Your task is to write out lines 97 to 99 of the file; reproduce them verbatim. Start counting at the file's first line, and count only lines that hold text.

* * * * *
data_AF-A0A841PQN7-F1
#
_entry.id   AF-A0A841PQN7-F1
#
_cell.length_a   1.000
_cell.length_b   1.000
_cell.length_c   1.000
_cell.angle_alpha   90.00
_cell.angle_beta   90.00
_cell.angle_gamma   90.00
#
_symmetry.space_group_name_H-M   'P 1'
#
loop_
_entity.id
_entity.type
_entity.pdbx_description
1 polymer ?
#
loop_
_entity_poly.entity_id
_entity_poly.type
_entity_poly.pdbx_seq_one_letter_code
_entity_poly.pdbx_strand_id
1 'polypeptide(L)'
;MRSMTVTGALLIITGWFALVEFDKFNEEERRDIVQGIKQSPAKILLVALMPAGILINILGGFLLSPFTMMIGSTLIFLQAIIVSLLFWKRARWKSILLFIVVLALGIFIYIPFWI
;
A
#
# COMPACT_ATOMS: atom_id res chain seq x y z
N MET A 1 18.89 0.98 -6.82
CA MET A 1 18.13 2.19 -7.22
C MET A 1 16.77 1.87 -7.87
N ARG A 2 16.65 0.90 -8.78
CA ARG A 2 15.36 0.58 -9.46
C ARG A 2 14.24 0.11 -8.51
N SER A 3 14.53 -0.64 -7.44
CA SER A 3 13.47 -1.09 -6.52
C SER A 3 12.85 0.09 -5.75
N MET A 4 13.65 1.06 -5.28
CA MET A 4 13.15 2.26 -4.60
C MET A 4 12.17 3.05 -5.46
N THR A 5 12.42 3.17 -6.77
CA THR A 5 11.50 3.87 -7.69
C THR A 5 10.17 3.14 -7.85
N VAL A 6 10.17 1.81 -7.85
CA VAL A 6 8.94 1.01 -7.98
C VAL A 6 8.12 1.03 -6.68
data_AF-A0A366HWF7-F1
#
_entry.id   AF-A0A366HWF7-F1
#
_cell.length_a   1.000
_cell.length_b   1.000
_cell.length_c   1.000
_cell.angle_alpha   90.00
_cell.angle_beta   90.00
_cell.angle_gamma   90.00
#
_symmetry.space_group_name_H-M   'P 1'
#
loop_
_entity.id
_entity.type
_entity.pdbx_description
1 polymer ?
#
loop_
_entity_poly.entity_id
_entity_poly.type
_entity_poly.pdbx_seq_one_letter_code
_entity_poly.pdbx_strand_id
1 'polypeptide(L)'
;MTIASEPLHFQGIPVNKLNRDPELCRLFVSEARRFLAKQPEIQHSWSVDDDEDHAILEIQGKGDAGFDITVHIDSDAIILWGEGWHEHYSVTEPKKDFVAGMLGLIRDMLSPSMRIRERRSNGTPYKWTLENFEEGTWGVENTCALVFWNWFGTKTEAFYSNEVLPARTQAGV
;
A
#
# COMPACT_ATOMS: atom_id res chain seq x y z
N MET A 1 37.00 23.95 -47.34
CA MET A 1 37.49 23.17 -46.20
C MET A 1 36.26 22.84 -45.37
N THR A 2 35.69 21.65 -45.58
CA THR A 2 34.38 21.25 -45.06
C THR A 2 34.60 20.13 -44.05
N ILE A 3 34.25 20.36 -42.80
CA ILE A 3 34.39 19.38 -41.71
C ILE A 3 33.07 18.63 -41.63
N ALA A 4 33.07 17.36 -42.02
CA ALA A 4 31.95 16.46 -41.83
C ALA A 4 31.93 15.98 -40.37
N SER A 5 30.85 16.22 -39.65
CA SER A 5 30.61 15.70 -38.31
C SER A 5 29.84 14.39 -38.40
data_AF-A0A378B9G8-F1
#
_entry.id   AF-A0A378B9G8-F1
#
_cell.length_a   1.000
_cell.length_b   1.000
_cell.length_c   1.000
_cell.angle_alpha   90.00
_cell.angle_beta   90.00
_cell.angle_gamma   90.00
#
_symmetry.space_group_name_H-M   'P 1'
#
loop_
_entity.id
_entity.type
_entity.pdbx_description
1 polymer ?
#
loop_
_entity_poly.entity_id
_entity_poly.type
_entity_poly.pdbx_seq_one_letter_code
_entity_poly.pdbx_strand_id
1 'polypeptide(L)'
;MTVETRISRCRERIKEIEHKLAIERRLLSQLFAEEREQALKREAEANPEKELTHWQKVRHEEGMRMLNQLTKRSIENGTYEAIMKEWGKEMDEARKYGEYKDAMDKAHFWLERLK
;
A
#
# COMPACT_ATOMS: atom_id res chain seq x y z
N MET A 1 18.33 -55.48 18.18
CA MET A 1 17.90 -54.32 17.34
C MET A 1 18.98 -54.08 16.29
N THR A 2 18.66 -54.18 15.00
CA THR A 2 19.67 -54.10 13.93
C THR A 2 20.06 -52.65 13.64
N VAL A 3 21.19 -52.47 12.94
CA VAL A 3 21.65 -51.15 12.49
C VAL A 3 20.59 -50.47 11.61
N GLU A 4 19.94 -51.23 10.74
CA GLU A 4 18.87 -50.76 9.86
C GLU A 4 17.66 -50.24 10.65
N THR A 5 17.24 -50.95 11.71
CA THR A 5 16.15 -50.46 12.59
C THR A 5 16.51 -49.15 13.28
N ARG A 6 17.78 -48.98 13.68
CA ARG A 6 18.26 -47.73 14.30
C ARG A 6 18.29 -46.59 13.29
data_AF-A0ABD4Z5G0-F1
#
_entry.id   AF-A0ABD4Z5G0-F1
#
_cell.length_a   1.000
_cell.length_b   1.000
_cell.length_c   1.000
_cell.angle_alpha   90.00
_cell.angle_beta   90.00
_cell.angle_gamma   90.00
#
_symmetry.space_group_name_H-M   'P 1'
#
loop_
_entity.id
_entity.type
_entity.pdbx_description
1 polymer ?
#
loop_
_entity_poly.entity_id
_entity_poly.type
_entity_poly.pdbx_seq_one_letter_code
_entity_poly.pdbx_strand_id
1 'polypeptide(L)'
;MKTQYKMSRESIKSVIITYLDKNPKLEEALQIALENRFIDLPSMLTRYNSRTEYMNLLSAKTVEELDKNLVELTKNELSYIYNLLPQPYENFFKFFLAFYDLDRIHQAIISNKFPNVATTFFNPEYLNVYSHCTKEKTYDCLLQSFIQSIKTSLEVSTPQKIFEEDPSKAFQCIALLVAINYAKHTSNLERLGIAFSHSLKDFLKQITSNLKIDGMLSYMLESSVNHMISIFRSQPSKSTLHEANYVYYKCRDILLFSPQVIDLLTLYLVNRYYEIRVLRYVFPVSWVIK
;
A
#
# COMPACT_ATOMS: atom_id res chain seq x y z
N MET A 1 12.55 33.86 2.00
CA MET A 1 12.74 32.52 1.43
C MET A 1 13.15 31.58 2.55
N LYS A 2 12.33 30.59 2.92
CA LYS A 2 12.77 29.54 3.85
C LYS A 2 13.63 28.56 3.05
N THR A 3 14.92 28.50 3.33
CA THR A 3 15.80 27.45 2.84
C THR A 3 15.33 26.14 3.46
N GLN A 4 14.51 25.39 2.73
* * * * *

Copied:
#
_cell.length_a   1.000
_cell.length_b   1.000